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Medical milestones broadcast via tweet. Scientific progress revealed via live YouTube demo. Teasers for updates followed by a livestream from a patient’s home. These aren’t the latest social media influencer tactics, but the way Neuralink, Elon Musk’s neurotechnology company, has disseminated information about its medical research.

Neuralink’s unconventional approaches to research have challenged many norms of medical science. Instead of attending scientific conferences and sharing interim progress, Neuralink has communicated information via social media, oscillating between extreme secrecy and openness. This strategy has left the scientific community playing catch-up, scrambling to glean insights from tweets and YouTube videos.


Rather than transparently sharing information about its ongoing clinical trial, Neuralink has kept details about it tightly guarded. The company’s unusual decision to publish its sole peer-reviewed article in a journal unrelated to neural engineering — and list the authors as Elon Musk and Neuralink — deviates from the norms of scientific publishing. And rather than projecting a sober commitment to patient benefit, Musk has stated that his ultimate goal with Neuralink is to advance humanity’s capability to achieve symbiosis with artificial intelligence.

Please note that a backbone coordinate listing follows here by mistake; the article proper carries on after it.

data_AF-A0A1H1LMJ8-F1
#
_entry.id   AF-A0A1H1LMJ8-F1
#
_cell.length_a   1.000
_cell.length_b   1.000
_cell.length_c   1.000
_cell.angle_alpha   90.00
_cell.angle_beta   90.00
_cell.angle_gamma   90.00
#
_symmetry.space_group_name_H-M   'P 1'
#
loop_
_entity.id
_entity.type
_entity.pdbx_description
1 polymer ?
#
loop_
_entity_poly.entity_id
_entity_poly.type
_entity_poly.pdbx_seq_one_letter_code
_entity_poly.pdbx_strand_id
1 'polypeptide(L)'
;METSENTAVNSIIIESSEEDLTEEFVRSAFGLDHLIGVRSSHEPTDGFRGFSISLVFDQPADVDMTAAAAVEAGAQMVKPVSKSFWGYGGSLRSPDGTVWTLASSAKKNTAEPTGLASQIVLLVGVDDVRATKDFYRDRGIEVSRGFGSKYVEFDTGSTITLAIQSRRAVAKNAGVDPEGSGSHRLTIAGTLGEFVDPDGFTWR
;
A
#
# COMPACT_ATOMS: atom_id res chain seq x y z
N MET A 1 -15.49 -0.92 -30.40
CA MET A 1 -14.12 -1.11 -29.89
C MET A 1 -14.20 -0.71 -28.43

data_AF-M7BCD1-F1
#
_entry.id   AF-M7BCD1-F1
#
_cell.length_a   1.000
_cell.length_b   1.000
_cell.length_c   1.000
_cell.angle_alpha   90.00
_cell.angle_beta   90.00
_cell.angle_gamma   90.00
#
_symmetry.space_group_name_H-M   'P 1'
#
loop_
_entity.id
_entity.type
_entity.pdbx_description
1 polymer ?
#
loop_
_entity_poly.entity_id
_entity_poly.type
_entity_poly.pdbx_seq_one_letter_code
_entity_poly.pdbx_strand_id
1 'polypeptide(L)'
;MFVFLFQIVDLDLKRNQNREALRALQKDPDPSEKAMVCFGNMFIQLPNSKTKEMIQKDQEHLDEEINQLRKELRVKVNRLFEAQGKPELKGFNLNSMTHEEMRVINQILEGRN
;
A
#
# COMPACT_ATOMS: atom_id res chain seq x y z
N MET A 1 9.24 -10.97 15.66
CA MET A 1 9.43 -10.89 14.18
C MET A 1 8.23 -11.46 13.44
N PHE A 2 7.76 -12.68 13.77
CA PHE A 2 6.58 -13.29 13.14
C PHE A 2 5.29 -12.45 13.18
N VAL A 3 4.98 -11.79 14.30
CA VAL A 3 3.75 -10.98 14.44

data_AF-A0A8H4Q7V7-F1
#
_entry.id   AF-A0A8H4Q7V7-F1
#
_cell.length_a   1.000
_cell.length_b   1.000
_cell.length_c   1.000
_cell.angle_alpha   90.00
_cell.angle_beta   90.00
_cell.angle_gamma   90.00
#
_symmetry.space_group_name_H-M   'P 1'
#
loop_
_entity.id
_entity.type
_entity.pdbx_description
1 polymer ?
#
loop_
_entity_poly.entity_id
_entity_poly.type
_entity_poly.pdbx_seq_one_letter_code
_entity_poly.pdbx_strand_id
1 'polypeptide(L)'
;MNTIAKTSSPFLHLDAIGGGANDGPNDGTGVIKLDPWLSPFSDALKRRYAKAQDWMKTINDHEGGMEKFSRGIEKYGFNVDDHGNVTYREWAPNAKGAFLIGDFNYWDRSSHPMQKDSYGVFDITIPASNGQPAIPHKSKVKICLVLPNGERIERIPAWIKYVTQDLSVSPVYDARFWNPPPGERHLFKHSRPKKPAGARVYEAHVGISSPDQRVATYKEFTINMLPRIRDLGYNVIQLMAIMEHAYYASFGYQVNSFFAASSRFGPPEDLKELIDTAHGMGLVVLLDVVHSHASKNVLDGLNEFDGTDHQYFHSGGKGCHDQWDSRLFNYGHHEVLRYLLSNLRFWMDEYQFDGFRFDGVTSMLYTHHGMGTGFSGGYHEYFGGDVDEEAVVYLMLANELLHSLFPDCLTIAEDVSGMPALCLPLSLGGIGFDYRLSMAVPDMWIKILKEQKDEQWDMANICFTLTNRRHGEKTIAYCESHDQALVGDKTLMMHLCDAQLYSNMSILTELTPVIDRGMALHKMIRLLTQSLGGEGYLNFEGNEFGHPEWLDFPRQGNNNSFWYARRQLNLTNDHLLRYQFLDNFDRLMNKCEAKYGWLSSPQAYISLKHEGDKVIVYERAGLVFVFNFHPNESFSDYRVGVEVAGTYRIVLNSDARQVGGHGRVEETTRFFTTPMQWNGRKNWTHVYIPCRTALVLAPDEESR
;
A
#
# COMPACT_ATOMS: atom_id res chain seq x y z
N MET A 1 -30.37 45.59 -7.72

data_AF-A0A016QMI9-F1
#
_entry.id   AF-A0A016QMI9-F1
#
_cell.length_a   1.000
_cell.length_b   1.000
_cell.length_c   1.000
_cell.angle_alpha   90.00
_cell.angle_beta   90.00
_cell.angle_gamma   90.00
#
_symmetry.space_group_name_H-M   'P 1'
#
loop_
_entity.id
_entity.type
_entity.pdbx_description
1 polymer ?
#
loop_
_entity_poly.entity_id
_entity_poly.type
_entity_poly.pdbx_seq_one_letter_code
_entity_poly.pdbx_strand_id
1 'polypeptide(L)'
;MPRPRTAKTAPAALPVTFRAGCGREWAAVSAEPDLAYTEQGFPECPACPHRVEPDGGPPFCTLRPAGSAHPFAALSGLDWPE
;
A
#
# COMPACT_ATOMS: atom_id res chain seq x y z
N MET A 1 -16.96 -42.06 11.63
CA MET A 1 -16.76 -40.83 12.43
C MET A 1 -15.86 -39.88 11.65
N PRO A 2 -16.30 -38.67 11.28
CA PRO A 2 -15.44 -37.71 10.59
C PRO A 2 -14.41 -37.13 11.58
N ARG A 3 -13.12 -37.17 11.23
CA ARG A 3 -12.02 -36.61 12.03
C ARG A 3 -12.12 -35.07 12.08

Neuralink’s unorthodox approach has unsettled many in the scientific community, who are deeply rooted in an ethos that values the collective pursuit of knowledge, openness, and collaborative progress. These norms are so deeply ingrained that deviation prompts instinctive backlash. You aren’t a real scientist or doing real science if you aren’t abiding by traditional standards of data sharing, interacting with peers at academic conferences where scientific knowledge is exchanged, or appropriately contextualizing your progress in the context of prior scientific achievements.

But as Neuralink showed in March (via livestream on X, of course), it did accomplish real science. A team from the company successfully implanted a device into the brain of Noland Arbaugh, a quadriplegic who was paralyzed in a diving accident, that let him control a computer cursor using just his thoughts. While achieving such control was not by itself groundbreaking, its significance lay in the context: prior individuals achieved similar control in laboratory settings, though typically with bulky equipment visibly protruding from their skulls. In stark contrast, Arbaugh was in a home environment, as evidenced by the presence of his two dogs, with no external hardware in sight.